If you arrive in Narita, like me, you haven’t seen the city yet. The Airport is quite far from ‘actual Tokyo’ so you will see the underbelly of the city, the streets that aren’t in any tour guides, the real life Tokyo without the pretty lights and fancy colours. When you are using the famous railways of japan to get to your new home, you are immersed into the ‘actual Tokyo’. You will see more suburbs when taking a JR line train however it is very likely that you will have to change to the metro eventually and from that point on you’re underground, so you won’t see any city whatsoever. For this exact reason, the area you will stay in will very likely be the first part of Tokyo you will experience directly, in my case Kiba. My arrival happened exactly as described however immediately I found a friend and immediately started a long distracting conversation with one of my new housemates from the sharehouse I had booked, whose flight happened to arrive almost simultaneously with mine and therefore got picked up together with me. The sharehouse is located in Shiohama, a tiny area south of Kiba, with Kiba station being the closest one by far. My first impression suggested that Kiba is south from the station, you would find yourself walking next to an absurdly broad looking street, covered by one of many expressways, placed approximately 15 meters above ground level.
Right next to one of the more modern looking office buildings is a small branch from the so called Ito-Yokado department store chain; it also contains the closest
grocery store to the sharehouse. Even further south, you would cross a bridge, leaving Kiba and entering Shiohama.
(The districts in this area are all divided by what seems to be rivers, which are actually canals that are more or less part of the ocean. This is why there are several beautiful bridges.)
From there, it is a short 5 mins walk, but still packed with useful places, including two convenience stores, two delicious ramen stores, an Indian curry restaurant, a Sukiya (which is a Japanese fast food chain) and probably everyones favourite, a bento shop. After spending the rest of the day getting to know most of my other housemates, being told about the sharehouse guidelines and ignoring my seven hour jet lag, I went for a refreshing eight hour sleep with plans to explore northern Kiba the next day. Northern Kiba holds one of the reasons why Kiba is definitely worth a visit; Kiba park! At the time I arrived it was late March, a perfect time to admire the beauty of cherry blossoms and Kiba park has tons of them. Whoever thinks Japanese cherry blossom trees are overrated should go visit Kiba park in Hanami Season (the Japanese term for the time when the cherry trees are in full bloom, literally translating to “flower viewing”). Entering from the south, a tree lined walkway (already including a few cherry blossom trees) will lead you to a big open field, where several locals are engaging in sports and other ways to spend their free time. Further back, you will see a collection of multiple trees with all of them carrying beautiful cherry blossoms.
Going past the trees, you will find yourself on a paved open space with stairs leading up to an astonishing bridge, leading out of the Kiba area but not leaving Kiba park (the park has an elongated shape and stretches from northern Kiba into the Hirano area).
After a long stroll through the entire park and back to the sharehouse, we had to gather for another information meeting before leaving for the city office in the Toyo area to get our residence registered. Toyo lays east of Kiba and seems to be a residential area like Shiohama, just larger. It is packed with smaller supermarkets, cafes and, of course, convenience stores, with most of them looking rather unique and less like branch stores (even though they probably were). Going to the city office was, as expected, just as boring and time consuming as anywhere else but the employees there were way friendlier than what I was used to from Germany. Not far from the city office is another big grocery store with a better assortment of goods than Ito ́s but sadly a little too far away from home to be a daily alternative.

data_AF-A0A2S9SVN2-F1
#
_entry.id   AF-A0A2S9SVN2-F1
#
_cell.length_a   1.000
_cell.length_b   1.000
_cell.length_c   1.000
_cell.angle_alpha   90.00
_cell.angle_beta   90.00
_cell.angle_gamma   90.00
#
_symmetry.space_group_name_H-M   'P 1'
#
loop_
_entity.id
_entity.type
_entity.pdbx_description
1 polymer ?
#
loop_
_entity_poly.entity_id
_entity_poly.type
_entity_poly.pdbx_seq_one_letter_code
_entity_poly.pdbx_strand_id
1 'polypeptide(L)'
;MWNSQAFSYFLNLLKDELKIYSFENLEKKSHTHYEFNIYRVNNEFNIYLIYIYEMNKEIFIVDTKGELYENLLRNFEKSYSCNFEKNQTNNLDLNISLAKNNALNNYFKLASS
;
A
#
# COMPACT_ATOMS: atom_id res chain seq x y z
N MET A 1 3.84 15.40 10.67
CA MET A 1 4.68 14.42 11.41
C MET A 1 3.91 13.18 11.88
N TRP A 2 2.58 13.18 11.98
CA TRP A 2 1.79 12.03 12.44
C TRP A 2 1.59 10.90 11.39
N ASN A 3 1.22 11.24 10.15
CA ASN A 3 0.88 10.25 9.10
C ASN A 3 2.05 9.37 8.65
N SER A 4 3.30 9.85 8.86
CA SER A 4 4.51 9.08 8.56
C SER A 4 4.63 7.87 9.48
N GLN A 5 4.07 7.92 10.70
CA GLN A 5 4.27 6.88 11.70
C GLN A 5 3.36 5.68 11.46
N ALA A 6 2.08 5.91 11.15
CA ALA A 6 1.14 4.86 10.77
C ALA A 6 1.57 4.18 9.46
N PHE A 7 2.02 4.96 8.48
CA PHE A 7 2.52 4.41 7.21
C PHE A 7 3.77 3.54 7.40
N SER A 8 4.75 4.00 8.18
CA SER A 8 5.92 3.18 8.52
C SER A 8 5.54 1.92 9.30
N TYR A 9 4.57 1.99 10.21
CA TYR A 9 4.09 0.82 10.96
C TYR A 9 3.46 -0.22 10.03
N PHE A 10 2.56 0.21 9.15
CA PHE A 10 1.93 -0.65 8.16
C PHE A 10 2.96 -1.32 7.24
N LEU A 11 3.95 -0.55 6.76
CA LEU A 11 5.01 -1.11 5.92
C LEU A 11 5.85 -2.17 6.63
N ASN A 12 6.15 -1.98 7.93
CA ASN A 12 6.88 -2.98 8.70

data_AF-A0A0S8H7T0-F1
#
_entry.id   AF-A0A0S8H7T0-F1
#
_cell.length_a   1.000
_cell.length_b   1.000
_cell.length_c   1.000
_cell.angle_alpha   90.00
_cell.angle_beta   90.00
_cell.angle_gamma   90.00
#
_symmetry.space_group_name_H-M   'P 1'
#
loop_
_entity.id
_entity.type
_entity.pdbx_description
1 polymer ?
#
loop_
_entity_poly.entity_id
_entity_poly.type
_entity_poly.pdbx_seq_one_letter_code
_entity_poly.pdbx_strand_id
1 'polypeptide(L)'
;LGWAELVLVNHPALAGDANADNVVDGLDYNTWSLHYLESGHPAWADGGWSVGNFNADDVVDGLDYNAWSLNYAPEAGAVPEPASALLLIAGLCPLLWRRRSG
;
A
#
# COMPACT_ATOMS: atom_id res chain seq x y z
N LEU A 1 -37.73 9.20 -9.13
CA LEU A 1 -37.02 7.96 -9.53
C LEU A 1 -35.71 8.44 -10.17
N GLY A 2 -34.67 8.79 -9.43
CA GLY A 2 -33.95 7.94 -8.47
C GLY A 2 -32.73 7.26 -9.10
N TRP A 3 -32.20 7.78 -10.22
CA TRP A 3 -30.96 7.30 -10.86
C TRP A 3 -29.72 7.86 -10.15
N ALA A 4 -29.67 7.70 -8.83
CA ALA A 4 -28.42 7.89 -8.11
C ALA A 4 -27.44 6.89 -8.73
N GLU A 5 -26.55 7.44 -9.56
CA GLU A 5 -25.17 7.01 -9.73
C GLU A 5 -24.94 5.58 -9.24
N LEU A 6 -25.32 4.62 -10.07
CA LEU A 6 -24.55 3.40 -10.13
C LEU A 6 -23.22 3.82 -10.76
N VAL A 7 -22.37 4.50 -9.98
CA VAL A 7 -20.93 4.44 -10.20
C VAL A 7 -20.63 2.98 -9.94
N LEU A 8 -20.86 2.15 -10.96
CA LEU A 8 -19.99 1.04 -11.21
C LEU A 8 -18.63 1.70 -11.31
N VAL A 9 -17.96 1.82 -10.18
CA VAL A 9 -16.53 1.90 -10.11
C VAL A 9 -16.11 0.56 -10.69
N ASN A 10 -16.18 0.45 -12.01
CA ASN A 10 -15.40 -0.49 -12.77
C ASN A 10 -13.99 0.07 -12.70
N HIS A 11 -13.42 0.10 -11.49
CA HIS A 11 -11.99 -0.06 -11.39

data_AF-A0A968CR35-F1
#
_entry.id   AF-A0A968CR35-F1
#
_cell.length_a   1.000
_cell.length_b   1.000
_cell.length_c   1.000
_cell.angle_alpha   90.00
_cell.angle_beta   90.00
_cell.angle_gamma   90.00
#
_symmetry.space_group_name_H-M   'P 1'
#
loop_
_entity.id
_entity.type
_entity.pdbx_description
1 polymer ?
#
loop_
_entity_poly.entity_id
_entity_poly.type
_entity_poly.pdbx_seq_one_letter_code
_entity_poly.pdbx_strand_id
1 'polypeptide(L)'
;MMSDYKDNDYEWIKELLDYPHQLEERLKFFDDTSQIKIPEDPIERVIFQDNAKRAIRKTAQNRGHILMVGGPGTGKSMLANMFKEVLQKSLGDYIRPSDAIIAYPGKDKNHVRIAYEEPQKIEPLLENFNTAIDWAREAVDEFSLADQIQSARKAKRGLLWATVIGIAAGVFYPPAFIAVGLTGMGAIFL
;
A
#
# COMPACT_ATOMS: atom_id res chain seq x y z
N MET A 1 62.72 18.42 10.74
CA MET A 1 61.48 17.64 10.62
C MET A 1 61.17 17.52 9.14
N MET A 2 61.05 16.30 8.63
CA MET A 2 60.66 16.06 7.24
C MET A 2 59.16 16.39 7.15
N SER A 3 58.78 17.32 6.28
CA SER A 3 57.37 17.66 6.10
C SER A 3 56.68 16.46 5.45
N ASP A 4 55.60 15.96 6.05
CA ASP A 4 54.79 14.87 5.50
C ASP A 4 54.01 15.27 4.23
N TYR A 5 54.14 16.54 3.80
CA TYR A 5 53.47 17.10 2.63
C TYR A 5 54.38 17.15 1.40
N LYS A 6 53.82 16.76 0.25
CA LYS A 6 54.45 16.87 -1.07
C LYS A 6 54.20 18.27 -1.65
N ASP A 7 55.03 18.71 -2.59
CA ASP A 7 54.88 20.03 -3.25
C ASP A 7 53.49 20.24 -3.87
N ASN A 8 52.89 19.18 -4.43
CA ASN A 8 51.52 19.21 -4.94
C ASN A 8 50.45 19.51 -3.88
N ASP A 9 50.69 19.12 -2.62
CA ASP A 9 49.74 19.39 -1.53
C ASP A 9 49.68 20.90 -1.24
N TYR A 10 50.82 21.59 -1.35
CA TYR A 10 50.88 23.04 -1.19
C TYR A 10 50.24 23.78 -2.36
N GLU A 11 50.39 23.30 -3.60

Over time, the Toyo area turned out to be a viable place to spend free time, with its unique little cafes and also an affordable laundry shop, where you actually can wash your clothes with warm water, which seems to be a rare find in Japan.
After my first weekend, my Japanese language course started, which meant commuting from Kiba station to Kudanshita (a six station train ride) on a daily basis for the next four weeks and experiencing the Tokyo rush hour every morning. You have probably seen videos on the Internet where they show Japanese people in suits forcing themselves into the train, layer by layer; this is not a thing that happens just sometimes, but rather every single day. Depending on the station you are boarding the train from you may have the unfortunate experience of rush hour. Kiba is certainly not the busiest station of them all but still I found myself having my face pressed against the door most of the time. This may sound like an absolutely awful situation to be in but it is actually not as bad as it seems. Its not hard to get into the train, as it is acceptable to use force to a certain extent and getting out is not a big deal either as basically everyone in the door area will leave the train and wait for those who need to get out. The new daily routine left me and the others exhausted every day. Having lost all motivation to further explore the city, we spent most of our time either in Kiba park or at home, appreciating the fact the we were basically surrounded by places to grab food. This gave us a reason to try all of them. Besides the bento shop, our favourite place was definitely the Indian curry restaurant, where you can get a set including a salad, your choice of curry, an infinite amount of homemade bread and a glass of cold tea or lassi as a drink, all for around 800 yen. Right next to the curry place is a traditional ramen restaurant, where you have the chance to take off your shoes, go upstairs and enjoy your bowl of ramen sitting on the floor, watching Japanese TV. With basically no one of us speaking Japanese on conversation level, difficulties with ordering food where inevitable. Translated menus are very uncommon, especially in a place like Kiba or Shiohama, where tourists are a rare species, but the Japanese are so kind and helpful that they will basically do anything to help you understand their menu. Never has it happened that we ended up ordering anything without having at least a clue about what it was going to be and never have we ever had food that didn’t taste at least “good”. The weekends were drastically different from the weekdays. No school, long hours of sleep and most importantly, motivation to travel around and explore! During the days, we used the conveniently placed Kiba station to get to severalfamous places in Tokyo, with most of them being within half an hour of traveling (which is not much for Tokyo standards). For example, me being one of those who love Japan for their entertainment media industry, I just had to go to Akihabara as soon as possible. So we looked up the quickest way to get there and were surprised to find out that it wouldn’t even take us half an hour. With daytime flying by, it was time to check out Kiba ́s nightlife eventually. As mentioned, Kiba is still a busy-sh area and Japanese office workers love to go out with their colleges after work. So one day we decided to try out karaoke. Findina karaoke place in Kiba or Toyo is no big deal, there are definitely enough of them. At first, just a few of us were planning to go there but in the end, half the sharehouse (about 20 people) came with us and we had an absolute blast. The place provides multiple rooms for smaller groups of around six people and a big party room for larger groups, perfect for us. This combined with an all you can drink menu that wasn’t all that expensive gave us an unforgettable evening and a rather painful next morning for some of us (thankfully not including me). Karaoke is definitely a thing you should try, even if you think it will be the most embarrassing experience in your life; everyone will join in for your song anyway. With all that stuff to do and my daily routine on weekdays, time flew by quickly and I soon had to leave Kiba for my new home in Saitama, as I had only booked my room for the time I went to language school. Kiba is definitely a place to consider when looking for a place to stay and if you like good company and want to save money, a sharehouse is an option to look out for.